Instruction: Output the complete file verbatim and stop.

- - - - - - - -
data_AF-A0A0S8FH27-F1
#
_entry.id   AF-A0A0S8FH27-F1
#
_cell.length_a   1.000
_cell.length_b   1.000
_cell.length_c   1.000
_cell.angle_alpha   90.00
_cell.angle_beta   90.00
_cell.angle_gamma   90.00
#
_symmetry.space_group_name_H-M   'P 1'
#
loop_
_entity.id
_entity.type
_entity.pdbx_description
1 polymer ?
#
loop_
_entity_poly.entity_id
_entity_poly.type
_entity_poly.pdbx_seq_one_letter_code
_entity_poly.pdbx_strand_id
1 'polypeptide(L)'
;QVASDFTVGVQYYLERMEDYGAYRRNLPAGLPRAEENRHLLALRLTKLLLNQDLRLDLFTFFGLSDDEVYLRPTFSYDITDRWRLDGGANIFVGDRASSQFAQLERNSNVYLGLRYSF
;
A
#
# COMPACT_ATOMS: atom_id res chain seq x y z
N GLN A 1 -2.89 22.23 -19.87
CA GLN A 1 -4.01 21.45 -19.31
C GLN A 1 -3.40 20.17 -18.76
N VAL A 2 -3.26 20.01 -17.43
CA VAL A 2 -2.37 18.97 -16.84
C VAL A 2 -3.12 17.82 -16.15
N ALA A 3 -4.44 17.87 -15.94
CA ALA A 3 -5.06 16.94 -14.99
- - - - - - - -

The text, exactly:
data_AF-A0A0S8FH27-F1
#
_entry.id   AF-A0A0S8FH27-F1
#
_cell.length_a   1.000
_cell.length_b   1.000
_cell.length_c   1.000
_cell.angle_alpha   90.00
_cell.angle_beta   90.00
_cell.angle_gamma   90.00
#
_symmetry.space_group_name_H-M   'P 1'
#
loop_
_entity.id
_entity.type
_entity.pdbx_description
1 polymer ?
#
loop_
_entity_poly.entity_id
_entity_poly.type
_entity_poly.pdbx_seq_one_letter_code
_entity_poly.pdbx_strand_id
1 'polypeptide(L)'
;QVASDFTVGVQYYLERMEDYGAYRRNLPAGLPRAEENRHLLALRLTKLLLNQDLRLDLFTFFGLSDDEVYLRPTFSYDITDRWRLDGGANIFVGDRASSQFAQLERNSNVYLGLRYSF
;
A
#
# COMPACT_ATOMS: atom_id res chain seq x y z
N GLN A 1 -2.89 22.23 -19.87
CA GLN A 1 -4.01 21.45 -19.31
C GLN A 1 -3.40 20.17 -18.76
N VAL A 2 -3.26 20.01 -17.43
CA VAL A 2 -2.37 18.97 -16.84
C VAL A 2 -3.12 17.82 -16.15
N ALA A 3 -4.44 17.87 -15.94
CA ALA A 3 -5.06 16.94 -14.99